I decided to skip going to the Crayon House for the organic lunch buffet because the timing wasn’t working out. I did see some red snapper fish cookies on my walk though. Didn’t try any. Maybe tomorrow.

Next stop was Zen Chafe tea cafe. I ordered a matcha latte ($3.20) and charged my phone. I still had a couple hours to kill until meeting Miriam, but I was getting seriously drained. The people at the cafe were extremely nice and gave me directions to Roppongi Hills. There, I had dinner at the Total Workout Cafe. I got rice and curry ($10), and I think it was pork curry. Again, huge communication barrier and I ordered by pictures. Whatever it was, it wasn’t bad.

It started snowing. Even though I hoped it would be a little bit warmer here than in the States, it was absolutely beautiful

The next part of my day was not my favorite. I was exhausted and wasn’t meeting Miriam until 10pm. It was only about 8, so I decided I’d relax on the metro for an extra stop or two to kill some time. I got off a few stops later and tried to take the same line back, but I ended up on an express instead of a local. I completely missed my stop and had to take another train back again. I stopped to get another coffee because at this point I felt like I was about to fall over any minute. I went into a burger place in the train station and the only open seat was in the smoking section. I felt more and more drained by the minute. When I finally made it to our meeting spot I was about 15 minutes late and not even sure if I was at the right metro entrance. I walked a block to the other side to see if Miriam was there but she wasn’t. I waited a little bit, unsure if I’d be able to find my way back to her place in the dark and alone.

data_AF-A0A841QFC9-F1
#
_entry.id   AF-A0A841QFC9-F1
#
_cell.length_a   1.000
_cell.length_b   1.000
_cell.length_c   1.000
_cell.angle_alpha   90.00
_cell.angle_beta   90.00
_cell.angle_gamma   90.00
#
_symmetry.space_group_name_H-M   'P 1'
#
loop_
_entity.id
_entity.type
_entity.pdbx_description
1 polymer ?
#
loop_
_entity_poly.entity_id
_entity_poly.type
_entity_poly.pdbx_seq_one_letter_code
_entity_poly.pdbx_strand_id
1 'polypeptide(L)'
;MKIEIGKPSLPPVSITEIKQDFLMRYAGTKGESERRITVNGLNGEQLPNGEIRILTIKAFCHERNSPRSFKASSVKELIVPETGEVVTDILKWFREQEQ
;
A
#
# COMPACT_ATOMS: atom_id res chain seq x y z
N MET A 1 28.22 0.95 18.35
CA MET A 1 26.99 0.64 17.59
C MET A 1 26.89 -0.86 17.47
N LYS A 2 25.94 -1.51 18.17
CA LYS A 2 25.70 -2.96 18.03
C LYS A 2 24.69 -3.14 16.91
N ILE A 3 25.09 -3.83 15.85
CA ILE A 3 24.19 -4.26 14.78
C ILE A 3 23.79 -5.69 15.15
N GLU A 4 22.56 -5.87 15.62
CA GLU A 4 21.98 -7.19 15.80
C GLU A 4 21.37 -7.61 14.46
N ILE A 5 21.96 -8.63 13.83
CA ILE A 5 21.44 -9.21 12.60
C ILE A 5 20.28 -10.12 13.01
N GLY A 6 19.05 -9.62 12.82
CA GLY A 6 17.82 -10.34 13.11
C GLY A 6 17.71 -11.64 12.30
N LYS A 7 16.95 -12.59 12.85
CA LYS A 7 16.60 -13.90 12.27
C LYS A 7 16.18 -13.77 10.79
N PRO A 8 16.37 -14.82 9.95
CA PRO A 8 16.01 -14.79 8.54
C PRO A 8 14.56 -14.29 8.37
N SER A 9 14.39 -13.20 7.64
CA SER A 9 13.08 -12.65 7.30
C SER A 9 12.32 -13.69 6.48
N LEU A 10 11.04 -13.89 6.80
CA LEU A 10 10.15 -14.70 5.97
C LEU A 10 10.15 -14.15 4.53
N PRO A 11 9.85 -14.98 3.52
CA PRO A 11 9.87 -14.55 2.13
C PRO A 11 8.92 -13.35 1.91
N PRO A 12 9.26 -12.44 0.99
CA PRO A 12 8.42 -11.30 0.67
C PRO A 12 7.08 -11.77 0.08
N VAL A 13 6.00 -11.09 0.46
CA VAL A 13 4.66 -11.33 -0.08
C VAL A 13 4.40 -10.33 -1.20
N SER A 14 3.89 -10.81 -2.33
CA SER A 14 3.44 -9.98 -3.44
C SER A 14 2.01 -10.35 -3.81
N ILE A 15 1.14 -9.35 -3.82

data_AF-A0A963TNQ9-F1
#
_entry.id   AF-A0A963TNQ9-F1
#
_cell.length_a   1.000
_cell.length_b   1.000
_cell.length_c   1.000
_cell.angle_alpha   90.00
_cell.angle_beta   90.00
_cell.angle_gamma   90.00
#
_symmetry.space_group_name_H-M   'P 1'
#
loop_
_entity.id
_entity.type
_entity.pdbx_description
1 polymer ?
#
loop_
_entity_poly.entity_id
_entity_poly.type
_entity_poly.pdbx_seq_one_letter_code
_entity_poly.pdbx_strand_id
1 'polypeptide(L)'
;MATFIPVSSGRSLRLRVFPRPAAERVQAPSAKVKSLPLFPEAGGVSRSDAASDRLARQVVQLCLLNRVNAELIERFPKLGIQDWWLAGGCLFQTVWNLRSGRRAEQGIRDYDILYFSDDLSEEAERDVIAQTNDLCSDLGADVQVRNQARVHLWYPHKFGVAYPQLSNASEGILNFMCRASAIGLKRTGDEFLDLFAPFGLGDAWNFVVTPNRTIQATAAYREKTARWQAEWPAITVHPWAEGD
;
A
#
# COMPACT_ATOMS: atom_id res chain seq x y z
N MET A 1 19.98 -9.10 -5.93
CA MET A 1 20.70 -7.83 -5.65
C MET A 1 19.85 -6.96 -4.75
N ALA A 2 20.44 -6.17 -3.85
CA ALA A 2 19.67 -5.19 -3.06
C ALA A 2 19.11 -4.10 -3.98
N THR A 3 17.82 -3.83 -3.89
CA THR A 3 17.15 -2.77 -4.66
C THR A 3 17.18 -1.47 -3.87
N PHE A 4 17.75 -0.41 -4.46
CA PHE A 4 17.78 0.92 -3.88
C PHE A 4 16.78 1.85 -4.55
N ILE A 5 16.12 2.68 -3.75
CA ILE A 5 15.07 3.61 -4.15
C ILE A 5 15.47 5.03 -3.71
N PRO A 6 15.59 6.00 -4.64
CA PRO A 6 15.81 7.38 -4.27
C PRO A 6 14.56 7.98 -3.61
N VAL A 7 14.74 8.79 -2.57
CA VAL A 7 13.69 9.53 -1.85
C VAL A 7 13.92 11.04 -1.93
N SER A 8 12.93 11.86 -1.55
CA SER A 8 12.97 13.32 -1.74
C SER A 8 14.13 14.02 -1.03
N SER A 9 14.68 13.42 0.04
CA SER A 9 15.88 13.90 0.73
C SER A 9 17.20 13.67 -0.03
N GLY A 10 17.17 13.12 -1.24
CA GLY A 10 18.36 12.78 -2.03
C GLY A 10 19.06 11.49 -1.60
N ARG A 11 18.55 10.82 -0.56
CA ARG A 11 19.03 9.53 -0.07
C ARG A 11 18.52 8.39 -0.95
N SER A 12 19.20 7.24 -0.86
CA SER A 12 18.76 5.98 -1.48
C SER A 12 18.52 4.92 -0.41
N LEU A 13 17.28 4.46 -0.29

My first thought was just to find a hotel room for the night and try to email Miriam to tell her I was okay….but there wasn’t a hotel in sight. Businesses were starting to close and I couldn’t even find anyone to point me in the direction of somewhere to stay. My phone was dead, and at this point it had been snowing for hours. (It only snowed a few inches but it had been the most snowfall they had had in a while.) I went into survival mode and started looking around for corners that I could bundle up in, in case I couldn’t walk any further. While I was walking I was recognizing the area a little bit from passing through in the morning. I decided to try to find Miriam’s place anyway. She lives in a very rural area and all the houses look the same. After finally making it to her neighborhood and walking around for what seemed like forever I started to wonder if this was an even worse idea.